In physics, Ohm's law says that current through a wire, $I$, is directly proportional to voltage, $V$, and inversely proportional to resistance, $R$: \[I=\frac{V}{R}.\]It's also true that resistance is directly proportional to the length of the wire. We have a piece of wire. We pass $50$ volts through this wire and measure $200$ milliamps of current. If I cut the wire in half and pass $300$ volts through it, how many milliamps of current will I measure?

Guest Sep 1, 2020

#3**+1 **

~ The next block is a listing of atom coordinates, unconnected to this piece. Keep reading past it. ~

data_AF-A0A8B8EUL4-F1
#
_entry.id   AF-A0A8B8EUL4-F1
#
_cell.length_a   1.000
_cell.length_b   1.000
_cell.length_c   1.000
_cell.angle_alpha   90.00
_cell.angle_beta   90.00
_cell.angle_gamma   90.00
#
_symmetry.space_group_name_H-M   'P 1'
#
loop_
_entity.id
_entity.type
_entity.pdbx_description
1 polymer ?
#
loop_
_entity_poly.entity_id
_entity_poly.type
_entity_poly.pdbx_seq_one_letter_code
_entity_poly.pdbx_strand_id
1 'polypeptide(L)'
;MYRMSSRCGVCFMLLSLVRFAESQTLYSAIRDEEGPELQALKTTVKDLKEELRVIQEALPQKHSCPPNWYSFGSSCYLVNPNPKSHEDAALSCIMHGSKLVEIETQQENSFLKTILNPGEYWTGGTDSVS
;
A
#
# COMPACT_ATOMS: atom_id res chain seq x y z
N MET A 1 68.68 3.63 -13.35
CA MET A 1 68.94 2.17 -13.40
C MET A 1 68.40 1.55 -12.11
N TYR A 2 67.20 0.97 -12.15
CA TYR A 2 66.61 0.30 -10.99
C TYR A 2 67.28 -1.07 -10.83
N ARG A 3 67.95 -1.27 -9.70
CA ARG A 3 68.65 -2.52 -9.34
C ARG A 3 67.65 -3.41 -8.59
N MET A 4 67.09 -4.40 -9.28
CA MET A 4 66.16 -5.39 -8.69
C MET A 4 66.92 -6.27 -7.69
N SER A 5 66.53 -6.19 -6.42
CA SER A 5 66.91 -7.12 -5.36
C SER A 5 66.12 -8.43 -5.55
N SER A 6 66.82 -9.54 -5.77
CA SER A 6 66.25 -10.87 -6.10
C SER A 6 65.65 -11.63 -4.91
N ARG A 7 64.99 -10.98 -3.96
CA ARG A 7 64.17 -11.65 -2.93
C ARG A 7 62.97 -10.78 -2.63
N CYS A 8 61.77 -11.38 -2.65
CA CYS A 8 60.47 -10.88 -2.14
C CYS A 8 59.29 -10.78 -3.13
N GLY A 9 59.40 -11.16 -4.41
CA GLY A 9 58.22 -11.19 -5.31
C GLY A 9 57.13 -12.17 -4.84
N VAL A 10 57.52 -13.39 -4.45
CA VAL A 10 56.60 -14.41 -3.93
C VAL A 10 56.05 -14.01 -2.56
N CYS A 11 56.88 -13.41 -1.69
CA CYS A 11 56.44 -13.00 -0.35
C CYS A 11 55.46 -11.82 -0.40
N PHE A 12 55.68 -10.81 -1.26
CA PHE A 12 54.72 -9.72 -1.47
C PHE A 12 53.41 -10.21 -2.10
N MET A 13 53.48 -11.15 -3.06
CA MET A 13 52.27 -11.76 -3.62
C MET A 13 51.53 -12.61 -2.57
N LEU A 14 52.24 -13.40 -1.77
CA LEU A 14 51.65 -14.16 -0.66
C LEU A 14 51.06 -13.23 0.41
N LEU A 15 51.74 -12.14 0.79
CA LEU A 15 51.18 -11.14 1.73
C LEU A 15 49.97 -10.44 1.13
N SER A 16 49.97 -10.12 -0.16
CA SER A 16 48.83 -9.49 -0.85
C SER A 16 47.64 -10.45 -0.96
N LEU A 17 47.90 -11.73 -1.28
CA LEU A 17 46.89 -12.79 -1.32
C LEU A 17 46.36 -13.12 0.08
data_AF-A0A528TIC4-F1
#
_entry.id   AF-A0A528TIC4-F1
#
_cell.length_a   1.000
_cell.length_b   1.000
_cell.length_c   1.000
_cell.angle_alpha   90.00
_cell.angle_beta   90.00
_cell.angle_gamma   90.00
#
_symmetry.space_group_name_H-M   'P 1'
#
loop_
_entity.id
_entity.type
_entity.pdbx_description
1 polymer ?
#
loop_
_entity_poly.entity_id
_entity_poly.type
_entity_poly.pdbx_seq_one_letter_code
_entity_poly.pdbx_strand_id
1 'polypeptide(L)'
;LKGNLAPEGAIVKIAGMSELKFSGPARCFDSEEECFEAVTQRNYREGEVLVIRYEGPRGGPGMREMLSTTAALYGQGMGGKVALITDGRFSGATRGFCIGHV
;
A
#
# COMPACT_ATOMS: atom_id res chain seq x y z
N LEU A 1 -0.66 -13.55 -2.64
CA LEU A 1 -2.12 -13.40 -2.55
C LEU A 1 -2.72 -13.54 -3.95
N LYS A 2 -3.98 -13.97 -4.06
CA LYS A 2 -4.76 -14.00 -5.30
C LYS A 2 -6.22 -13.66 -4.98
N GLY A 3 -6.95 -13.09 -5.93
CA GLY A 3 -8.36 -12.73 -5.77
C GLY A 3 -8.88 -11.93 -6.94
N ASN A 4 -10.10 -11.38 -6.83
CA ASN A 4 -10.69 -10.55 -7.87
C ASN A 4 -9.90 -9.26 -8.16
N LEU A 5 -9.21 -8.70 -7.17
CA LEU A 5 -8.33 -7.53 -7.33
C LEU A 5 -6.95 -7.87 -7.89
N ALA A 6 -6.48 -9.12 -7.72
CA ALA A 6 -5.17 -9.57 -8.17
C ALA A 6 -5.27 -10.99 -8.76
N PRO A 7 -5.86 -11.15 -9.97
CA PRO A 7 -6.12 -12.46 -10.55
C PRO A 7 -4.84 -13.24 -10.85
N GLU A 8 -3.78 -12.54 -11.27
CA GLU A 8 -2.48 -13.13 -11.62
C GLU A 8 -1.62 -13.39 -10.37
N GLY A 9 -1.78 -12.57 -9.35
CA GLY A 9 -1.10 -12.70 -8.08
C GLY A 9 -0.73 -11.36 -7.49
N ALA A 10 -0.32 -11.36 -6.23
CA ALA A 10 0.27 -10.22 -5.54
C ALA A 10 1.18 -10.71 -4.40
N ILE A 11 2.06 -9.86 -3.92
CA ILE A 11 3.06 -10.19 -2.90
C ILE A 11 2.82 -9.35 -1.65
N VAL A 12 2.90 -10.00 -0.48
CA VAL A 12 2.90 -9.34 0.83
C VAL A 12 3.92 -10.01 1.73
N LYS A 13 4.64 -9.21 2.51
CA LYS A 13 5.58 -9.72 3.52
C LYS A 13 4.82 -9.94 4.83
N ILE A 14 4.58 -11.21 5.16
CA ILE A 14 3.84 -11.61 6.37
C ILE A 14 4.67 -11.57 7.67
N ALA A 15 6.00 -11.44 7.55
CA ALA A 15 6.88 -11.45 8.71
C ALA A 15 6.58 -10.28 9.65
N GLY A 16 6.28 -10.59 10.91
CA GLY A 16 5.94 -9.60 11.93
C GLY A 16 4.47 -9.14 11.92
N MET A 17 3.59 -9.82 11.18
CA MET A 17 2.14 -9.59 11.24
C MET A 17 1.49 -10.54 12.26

This is not my explanation btw... credits to the owner.

"Since current is directly proportional to voltage, multiplying the voltage by a factor of 6 (going from 50V to 300V) will also multiply the current by a factor of 6. Since current is inversely proportional to resistance and resistance is directly proportional to length, halving the wire will halve the resistance and thus double the current. Therefore the new current will be 6*2=12 times the original current or 12*200=2400 milliamps."

joliel3 Sep 1, 2020